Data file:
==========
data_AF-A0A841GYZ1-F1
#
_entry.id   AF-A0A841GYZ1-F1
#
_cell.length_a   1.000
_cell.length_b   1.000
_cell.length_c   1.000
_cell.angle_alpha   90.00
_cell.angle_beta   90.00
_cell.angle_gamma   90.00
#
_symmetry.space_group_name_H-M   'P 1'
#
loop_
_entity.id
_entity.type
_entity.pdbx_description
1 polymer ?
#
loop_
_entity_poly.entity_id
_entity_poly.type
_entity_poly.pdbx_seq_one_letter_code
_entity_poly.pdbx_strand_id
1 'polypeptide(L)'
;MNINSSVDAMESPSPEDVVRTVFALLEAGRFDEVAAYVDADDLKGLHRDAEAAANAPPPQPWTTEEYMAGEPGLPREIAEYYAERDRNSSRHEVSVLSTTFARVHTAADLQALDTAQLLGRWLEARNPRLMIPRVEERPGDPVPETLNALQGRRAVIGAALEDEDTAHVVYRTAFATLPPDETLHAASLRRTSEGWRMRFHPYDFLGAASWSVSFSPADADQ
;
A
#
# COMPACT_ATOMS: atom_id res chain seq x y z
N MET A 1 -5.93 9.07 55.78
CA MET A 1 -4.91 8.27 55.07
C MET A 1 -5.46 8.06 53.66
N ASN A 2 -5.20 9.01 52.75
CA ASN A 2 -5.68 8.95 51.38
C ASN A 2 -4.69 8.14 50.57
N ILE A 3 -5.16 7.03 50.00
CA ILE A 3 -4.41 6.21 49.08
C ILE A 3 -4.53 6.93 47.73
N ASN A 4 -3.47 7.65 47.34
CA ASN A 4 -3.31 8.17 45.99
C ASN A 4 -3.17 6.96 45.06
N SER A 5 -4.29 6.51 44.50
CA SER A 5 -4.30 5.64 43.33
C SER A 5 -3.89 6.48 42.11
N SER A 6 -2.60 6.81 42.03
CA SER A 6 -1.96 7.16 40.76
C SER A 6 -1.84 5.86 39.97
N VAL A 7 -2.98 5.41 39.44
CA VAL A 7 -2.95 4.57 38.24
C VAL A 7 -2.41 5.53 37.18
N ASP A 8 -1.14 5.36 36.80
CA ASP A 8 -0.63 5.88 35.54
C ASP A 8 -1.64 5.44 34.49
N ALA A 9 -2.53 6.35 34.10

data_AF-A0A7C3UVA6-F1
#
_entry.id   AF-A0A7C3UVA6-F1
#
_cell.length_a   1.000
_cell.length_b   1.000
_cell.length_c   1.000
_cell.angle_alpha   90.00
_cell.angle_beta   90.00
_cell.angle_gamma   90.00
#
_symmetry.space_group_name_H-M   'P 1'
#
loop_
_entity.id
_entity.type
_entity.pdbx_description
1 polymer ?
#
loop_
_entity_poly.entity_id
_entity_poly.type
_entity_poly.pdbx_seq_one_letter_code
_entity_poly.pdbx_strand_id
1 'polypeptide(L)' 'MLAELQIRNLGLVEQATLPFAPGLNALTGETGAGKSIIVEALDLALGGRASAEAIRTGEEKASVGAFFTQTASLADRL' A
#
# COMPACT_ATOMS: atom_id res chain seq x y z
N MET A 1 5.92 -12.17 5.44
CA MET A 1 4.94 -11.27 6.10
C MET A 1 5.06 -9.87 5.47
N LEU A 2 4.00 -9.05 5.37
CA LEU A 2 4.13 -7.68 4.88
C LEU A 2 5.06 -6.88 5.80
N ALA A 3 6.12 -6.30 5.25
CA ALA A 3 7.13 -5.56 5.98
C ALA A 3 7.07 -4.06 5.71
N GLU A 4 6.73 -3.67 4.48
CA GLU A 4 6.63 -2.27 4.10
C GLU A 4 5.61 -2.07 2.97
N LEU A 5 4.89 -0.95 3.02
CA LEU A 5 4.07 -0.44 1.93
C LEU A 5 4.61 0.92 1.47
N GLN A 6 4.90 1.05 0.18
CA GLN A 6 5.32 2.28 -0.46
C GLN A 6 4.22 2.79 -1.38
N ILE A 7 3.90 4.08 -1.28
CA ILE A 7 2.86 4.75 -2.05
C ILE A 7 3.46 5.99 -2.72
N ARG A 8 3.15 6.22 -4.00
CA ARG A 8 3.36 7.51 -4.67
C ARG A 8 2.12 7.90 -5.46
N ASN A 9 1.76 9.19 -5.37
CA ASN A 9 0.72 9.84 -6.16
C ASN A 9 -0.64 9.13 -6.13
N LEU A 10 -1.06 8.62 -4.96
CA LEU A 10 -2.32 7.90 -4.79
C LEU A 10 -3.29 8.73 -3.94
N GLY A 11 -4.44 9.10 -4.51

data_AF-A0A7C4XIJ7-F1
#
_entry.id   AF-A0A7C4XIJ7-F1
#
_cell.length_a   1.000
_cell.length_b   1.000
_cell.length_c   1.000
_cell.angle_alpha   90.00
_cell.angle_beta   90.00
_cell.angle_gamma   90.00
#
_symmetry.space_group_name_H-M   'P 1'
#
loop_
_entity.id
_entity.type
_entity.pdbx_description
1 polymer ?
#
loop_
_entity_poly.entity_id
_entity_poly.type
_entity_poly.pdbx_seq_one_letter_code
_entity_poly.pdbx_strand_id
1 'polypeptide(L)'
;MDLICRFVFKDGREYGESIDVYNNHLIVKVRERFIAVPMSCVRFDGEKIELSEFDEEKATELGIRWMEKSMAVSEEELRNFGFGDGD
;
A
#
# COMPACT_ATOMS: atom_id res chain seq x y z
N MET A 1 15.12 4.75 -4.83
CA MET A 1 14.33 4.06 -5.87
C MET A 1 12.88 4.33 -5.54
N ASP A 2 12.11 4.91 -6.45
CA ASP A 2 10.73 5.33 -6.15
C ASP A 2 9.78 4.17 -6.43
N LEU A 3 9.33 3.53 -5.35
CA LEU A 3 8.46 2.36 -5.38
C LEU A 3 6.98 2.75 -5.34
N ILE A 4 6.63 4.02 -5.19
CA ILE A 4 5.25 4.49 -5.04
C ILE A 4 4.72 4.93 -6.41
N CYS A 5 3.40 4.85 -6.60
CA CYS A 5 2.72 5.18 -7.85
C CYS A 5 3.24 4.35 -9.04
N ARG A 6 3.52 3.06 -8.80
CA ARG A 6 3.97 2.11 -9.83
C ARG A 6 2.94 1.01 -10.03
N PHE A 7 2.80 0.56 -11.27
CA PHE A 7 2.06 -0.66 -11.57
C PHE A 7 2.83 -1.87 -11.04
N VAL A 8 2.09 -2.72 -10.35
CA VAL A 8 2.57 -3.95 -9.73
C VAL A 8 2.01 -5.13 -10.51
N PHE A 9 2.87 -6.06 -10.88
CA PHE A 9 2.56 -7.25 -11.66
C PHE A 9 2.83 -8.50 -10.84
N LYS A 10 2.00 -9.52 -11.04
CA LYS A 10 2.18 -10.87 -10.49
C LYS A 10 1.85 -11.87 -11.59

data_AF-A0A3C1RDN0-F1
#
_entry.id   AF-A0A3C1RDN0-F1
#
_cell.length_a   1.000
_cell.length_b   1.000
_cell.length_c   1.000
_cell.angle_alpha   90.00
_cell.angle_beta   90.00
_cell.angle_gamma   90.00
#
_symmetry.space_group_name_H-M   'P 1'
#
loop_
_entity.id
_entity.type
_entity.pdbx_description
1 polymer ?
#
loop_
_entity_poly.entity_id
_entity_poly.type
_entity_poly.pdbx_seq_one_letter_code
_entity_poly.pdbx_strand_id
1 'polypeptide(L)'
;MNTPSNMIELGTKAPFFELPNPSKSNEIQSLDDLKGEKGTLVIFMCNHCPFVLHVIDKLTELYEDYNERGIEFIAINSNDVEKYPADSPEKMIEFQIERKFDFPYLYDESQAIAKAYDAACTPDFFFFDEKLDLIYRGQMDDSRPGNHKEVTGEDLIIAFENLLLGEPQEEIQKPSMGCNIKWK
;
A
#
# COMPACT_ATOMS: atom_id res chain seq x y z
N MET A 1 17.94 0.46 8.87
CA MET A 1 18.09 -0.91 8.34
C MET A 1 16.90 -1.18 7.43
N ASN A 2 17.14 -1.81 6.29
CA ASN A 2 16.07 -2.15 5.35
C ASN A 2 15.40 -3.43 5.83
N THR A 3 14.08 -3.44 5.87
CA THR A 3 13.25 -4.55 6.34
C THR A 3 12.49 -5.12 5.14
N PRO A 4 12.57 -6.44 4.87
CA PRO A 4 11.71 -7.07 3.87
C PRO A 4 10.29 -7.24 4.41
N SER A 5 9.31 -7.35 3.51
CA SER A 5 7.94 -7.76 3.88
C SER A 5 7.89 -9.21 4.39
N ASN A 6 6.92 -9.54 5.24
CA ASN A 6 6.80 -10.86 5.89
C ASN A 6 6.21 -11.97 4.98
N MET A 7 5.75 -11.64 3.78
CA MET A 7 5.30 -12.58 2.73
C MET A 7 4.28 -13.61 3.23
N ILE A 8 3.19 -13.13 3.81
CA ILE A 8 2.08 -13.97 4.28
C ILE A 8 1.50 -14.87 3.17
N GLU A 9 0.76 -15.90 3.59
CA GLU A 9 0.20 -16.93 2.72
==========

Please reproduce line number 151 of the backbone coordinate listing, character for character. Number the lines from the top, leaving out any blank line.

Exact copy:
CA LEU A 3 8.46 2.36 -5.38